by Professor Gino Martini, RPS Chief Scientist
Until recently there was no recommended treatment for COVID-19 although many therapeutic options were being explored from antivirals, steroids, non-steroidal anti-inflammatory drugs and anti-malarial drugs such as the much talked about hydroxychloroquine. Healthcare professionals were faced with life and death situations, forced to use existing medicines that were developed to treat different diseases, such as arthritis or Ebola – what we call ‘off-label’ and compassionate usage.
We entered a phase of treat first and conduct the clinical trials at the same time – which is simply unprecedented and required a massive overhaul of how regulators, the industry and academia operated!
Due to the varied patient response to SARS-CoV-2, high quality clinical trials with robust controls were needed so that clinicians could tease out whether the drug was actually working rather than the patient just getting better naturally.
Hence the UK launched the RECOVERY and REMAP-CAP clinical trials, with the RECOVERY trial focusing on existing drug treatments, and REMAP-CAP aimed at identifying the best combination of treatments in critical care.
The RECOVERY trial is the fastest growing trial in medical history and enrolled 1,000 patients at 132 hospitals in its first 15 days!
So far, the results are promising with the steroid dexamethasone showing effectiveness in COVID-19 patients requiring mechanical assistance in breathing (reduced death by 1/3 in ventilated patients and by 1/5 in those patients requiring oxygen but not ventilated) and the anti-viral drug Remdesivir helping some COVID-19 patients to recover more rapidly from the disease.
However, it is still early days and there have been criticisms of the early sharing of data without the usual peer review. The disease is so complex that different drugs may be more or less useful at different stages and in different sub-groups as is the case with the anti-inflammatory drugs.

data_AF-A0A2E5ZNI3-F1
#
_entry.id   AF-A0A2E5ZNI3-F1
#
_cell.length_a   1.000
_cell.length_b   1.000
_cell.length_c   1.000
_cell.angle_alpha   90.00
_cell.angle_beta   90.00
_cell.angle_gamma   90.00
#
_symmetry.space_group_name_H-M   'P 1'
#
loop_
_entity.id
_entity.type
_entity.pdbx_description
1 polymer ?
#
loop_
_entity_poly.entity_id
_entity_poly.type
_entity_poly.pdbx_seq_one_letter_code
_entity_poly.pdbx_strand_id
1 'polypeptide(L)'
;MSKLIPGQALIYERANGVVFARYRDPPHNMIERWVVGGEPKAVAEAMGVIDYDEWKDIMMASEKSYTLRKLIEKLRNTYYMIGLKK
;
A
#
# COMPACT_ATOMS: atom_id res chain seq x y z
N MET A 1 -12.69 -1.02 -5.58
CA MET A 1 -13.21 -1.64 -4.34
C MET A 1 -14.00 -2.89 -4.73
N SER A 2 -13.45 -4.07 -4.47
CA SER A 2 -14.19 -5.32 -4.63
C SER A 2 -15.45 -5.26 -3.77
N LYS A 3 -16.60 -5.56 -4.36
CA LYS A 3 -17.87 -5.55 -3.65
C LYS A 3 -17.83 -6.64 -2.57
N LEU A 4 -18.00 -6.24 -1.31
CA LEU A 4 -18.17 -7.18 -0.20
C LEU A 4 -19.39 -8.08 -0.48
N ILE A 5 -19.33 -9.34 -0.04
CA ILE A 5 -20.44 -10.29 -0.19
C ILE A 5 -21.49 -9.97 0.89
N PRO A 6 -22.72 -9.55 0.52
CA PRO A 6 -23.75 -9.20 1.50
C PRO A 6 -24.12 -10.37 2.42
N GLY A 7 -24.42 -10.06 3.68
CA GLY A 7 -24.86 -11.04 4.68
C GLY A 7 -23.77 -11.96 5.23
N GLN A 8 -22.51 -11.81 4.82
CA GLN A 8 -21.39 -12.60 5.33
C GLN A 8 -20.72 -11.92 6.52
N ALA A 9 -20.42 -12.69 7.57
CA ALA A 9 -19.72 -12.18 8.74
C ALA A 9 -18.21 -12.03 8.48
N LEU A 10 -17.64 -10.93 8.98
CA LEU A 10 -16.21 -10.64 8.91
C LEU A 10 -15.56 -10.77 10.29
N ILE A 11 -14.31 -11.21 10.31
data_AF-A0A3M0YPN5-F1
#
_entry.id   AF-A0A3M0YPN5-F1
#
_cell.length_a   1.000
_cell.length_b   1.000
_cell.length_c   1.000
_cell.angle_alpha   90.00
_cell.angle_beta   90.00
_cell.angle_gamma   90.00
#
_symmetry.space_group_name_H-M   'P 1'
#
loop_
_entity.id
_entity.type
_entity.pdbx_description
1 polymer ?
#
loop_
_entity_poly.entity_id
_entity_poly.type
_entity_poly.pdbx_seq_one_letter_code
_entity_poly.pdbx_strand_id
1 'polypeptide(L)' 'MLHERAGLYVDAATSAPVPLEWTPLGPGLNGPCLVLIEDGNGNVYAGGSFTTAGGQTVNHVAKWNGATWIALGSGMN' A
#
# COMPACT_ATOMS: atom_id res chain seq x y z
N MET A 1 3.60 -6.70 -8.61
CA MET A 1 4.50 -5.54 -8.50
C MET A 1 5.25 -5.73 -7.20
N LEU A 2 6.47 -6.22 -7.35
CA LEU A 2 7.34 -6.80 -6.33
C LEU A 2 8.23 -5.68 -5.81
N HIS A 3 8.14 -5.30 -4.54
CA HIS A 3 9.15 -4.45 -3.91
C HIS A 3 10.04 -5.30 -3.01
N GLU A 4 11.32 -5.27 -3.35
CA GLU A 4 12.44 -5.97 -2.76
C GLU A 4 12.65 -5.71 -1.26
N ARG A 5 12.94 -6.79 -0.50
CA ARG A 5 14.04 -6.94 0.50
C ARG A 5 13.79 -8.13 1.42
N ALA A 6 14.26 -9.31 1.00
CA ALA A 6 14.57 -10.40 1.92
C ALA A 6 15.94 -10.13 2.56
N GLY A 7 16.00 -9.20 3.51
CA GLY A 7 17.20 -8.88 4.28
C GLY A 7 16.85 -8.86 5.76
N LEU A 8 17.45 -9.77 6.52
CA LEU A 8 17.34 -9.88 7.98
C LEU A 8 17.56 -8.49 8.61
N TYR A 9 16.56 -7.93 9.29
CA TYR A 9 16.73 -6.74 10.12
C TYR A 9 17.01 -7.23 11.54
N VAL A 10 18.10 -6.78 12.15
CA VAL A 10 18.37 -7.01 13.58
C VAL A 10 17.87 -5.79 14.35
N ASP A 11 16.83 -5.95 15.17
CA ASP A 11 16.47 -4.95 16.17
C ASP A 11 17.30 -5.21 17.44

Here is where the Clinical Trials Pharmacists play a massive role in helping to coordinate these huge clinical programmes. We, as pharmacists, often overlook the valuable role that pharmacists undertake in the design, implementation and leading of such trials. We should showcase this role and its importance to the wider profession and to early careers pharmacists who may want to explore new career opportunities.
The hunt for a vaccine
At the time of writing, there are 4 different vaccine classes that the government has already secured for the UK. These are:
- adenoviral vaccines (Oxford/AstraZeneca, Janssen)
- mRNA vaccines (BioNTech/Pfizer & Imperial)
- inactivated whole virus vaccines (Valneva)
- protein adjuvant vaccines (GSK/Sanofi, Novavax)
So far, the results have been promising and we can only hope that a vaccine will be secured. I am very confident, as history tells us, that the UK has a great track record in isolating vaccines, such as the early flu vaccine developed around 1918. This flu vaccine was developed by the Royal Army Medical College, using lung scrapings from infected patients and the vial below is one of our exhibits at the Society’s museum. This underpins the essential role pharmacists play in flu vaccination, and will no doubt play in vaccinating people against SARS-CoV-2 in the future.
I for sure will be embracing the vaccine. Please keep safe and well in the meantime and remember to wash your hands and wear a face mask or covering when instructed.
This blog is the first in a series of articles highlighting the important issues affecting the world of pharmaceutical science, keeping you up to date on the main developments and new initiatives. If you want to hear more from the key people in pharmaceutical industry, talking about topics including research efforts into COVID-19 vaccines and treatments, have a listen to our PharmSci Today Podcast, hosted weekly by Professor Gino Martini.